Learn more Start Creating

I’m The Girl Who Never Dreams Of Her Wedding, Because Getting Married Is Not A Career

I have others dreams in life that are much bigger than marriage.

1478
views

Ever since we were little girls, the idea of a dream wedding has always been built up around us.

Everyone has one, everyone knows what season they want to get married in, what their dress looks like, what flowers they want, and so on.

But I've never had that. I've never had a time in my life where I knew what kind of wedding I wanted or what kind of dress I'm going to walk down the aisle in or what kind of flowers I want. I've never been the kind of person to dream of a prince charming sweeping me off my feet and taking me away to my happily ever after.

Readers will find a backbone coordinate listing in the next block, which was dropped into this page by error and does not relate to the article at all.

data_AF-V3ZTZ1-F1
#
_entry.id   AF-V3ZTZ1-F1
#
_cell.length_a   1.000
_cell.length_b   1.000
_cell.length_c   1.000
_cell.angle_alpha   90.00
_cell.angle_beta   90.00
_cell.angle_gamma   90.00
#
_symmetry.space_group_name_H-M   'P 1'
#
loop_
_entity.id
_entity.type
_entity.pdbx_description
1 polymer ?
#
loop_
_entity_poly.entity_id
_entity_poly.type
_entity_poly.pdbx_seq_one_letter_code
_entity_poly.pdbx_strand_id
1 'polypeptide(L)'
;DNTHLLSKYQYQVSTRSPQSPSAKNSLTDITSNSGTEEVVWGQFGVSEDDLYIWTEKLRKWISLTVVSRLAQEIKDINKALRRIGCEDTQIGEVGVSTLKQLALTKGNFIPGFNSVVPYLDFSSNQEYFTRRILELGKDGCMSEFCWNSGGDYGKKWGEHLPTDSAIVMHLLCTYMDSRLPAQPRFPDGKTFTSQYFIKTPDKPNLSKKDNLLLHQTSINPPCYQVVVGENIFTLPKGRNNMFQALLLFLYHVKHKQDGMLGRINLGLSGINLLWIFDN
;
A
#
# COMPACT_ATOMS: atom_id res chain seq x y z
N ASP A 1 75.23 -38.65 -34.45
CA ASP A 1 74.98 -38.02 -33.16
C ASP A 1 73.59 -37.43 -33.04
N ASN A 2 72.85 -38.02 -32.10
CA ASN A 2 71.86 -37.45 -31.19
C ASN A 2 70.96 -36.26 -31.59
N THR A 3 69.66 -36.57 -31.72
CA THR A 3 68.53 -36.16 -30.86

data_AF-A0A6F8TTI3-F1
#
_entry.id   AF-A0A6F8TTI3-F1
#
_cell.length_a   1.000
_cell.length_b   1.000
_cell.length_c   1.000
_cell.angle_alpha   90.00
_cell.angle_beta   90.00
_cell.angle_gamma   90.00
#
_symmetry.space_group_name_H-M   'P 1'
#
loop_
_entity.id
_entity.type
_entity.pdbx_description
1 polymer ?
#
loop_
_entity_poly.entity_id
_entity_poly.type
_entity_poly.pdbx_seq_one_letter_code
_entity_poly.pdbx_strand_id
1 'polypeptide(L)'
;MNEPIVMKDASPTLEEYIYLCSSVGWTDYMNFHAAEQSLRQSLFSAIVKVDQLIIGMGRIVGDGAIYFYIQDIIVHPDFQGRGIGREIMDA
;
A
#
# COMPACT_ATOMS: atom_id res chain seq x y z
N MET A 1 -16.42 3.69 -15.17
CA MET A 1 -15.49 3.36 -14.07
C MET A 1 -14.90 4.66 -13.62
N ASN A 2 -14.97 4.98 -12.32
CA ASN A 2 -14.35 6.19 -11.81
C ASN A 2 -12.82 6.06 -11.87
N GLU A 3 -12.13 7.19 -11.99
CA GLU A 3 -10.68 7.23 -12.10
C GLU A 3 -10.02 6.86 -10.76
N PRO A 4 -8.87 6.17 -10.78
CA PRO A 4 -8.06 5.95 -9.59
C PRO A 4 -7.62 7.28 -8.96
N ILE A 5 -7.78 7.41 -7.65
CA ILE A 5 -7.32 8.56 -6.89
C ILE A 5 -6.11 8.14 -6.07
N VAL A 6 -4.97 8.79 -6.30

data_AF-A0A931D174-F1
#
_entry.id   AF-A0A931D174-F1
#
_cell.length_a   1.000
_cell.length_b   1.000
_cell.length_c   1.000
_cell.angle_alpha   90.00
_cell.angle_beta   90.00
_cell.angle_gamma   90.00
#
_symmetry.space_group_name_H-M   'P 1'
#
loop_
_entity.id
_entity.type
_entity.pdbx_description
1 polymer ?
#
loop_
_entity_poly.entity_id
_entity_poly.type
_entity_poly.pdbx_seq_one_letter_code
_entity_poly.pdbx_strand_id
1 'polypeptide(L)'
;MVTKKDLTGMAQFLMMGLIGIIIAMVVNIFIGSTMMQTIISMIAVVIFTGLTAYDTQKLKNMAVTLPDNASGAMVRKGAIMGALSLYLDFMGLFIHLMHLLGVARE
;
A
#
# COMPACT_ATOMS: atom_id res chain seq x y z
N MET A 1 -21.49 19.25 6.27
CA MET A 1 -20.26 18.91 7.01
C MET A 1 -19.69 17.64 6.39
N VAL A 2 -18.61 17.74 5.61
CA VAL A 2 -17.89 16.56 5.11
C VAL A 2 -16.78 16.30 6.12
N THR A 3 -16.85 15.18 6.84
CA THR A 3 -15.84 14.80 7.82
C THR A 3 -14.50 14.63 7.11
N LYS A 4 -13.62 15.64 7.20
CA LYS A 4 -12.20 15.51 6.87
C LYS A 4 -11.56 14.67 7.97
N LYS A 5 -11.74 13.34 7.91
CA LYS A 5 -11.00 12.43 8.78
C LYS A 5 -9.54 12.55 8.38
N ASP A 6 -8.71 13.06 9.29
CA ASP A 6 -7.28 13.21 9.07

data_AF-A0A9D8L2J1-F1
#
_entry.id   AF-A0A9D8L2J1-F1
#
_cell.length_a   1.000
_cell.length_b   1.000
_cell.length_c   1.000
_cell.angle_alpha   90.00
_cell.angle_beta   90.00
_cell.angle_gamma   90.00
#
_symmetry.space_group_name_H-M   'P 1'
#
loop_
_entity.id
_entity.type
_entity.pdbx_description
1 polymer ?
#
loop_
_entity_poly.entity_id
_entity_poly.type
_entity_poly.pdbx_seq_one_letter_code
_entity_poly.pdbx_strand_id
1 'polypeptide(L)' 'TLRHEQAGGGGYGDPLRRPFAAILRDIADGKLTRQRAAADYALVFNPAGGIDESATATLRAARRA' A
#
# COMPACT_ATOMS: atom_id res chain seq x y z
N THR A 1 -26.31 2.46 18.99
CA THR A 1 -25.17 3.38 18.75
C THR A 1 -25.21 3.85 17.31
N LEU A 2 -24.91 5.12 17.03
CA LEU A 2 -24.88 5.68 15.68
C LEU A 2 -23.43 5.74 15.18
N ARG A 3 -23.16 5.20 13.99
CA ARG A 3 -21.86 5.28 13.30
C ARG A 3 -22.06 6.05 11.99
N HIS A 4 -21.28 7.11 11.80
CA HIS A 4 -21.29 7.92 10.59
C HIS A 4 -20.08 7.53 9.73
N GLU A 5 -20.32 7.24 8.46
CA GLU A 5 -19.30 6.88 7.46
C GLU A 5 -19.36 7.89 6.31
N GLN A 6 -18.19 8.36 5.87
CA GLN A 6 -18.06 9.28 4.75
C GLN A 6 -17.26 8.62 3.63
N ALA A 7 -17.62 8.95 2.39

Growing up, my idea of a "perfect life" was being a working, single mom with one child that I'll adopt, and living in a decent, upper-middle-class apartment. I have never thought of myself with a significant other. I've never thought of myself as someone that would get married, much less someone that would dream of a wedding.

And the fact is: that's okay. It's perfectly acceptable for a woman to want to focus on her career.

It's perfectly acceptable for a woman, or person for that matter, to not want to get married. It is perfectly acceptable, in this day and age, for me to be a single woman and not want or dream of a wedding.

No, there's nothing wrong with that.

No, it doesn't mean I won't ever get married (don't stress, mom). No, it doesn't mean I'll be a bad parent because I want to do it on my own. No, it doesn't mean I'm "crazy."

Yes, it is terrible for people to look down on others because they do not want the "norm."

Yes, it is rude to assume that I'll become an old cat lady. Yes, it is rude to assume that being a cat lady is a "bad thing." And yes, your opinion of my future does not matter to me.

Part of the good thing about this day and age is the fact that we have a chance to choose. We can choose a career, family, or both. And if someone chooses differently than you or the "norm," that's OK, too.

Related Content

Facebook Comments